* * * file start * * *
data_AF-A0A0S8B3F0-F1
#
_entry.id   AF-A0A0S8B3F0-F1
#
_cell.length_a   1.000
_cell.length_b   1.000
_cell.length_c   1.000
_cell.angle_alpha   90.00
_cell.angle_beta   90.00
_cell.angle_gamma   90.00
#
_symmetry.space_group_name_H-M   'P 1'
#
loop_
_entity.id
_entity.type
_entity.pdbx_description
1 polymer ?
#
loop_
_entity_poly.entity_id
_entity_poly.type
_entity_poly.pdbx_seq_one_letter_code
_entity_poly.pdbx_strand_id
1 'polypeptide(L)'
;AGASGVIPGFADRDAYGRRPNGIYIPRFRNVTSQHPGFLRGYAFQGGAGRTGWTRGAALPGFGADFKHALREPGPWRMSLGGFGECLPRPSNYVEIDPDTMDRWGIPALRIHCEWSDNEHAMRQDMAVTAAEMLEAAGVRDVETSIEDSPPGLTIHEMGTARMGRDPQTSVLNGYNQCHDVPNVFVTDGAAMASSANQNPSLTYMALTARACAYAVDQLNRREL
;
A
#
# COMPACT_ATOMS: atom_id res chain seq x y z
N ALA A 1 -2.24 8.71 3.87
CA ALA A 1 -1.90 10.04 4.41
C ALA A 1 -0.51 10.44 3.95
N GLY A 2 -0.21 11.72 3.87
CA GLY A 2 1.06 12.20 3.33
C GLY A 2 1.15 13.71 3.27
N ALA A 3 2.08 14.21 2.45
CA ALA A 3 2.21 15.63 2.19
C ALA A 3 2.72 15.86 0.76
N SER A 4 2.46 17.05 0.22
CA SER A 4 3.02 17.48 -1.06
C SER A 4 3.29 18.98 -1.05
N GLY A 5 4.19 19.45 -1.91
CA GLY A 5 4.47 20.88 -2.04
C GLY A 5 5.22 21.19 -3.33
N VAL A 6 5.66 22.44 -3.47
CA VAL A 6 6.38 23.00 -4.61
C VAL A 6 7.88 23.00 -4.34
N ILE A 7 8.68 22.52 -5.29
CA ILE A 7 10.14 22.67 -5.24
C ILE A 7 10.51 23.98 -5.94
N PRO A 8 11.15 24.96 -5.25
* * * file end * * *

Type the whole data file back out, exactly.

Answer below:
data_AF-A0A0S8B3F0-F1
#
_entry.id   AF-A0A0S8B3F0-F1
#
_cell.length_a   1.000
_cell.length_b   1.000
_cell.length_c   1.000
_cell.angle_alpha   90.00
_cell.angle_beta   90.00
_cell.angle_gamma   90.00
#
_symmetry.space_group_name_H-M   'P 1'
#
loop_
_entity.id
_entity.type
_entity.pdbx_description
1 polymer ?
#
loop_
_entity_poly.entity_id
_entity_poly.type
_entity_poly.pdbx_seq_one_letter_code
_entity_poly.pdbx_strand_id
1 'polypeptide(L)'
;AGASGVIPGFADRDAYGRRPNGIYIPRFRNVTSQHPGFLRGYAFQGGAGRTGWTRGAALPGFGADFKHALREPGPWRMSLGGFGECLPRPSNYVEIDPDTMDRWGIPALRIHCEWSDNEHAMRQDMAVTAAEMLEAAGVRDVETSIEDSPPGLTIHEMGTARMGRDPQTSVLNGYNQCHDVPNVFVTDGAAMASSANQNPSLTYMALTARACAYAVDQLNRREL
;
A
#
# COMPACT_ATOMS: atom_id res chain seq x y z
N ALA A 1 -2.24 8.71 3.87
CA ALA A 1 -1.90 10.04 4.41
C ALA A 1 -0.51 10.44 3.95
N GLY A 2 -0.21 11.72 3.87
CA GLY A 2 1.06 12.20 3.33
C GLY A 2 1.15 13.71 3.27
N ALA A 3 2.08 14.21 2.45
CA ALA A 3 2.21 15.63 2.19
C ALA A 3 2.72 15.86 0.76
N SER A 4 2.46 17.05 0.22
CA SER A 4 3.02 17.48 -1.06
C SER A 4 3.29 18.98 -1.05
N GLY A 5 4.19 19.45 -1.91
CA GLY A 5 4.47 20.88 -2.04
C GLY A 5 5.22 21.19 -3.33
N VAL A 6 5.66 22.44 -3.47
CA VAL A 6 6.38 23.00 -4.61
C VAL A 6 7.88 23.00 -4.34
N ILE A 7 8.68 22.52 -5.29
CA ILE A 7 10.14 22.67 -5.24
C ILE A 7 10.51 23.98 -5.94
N PRO A 8 11.15 24.96 -5.25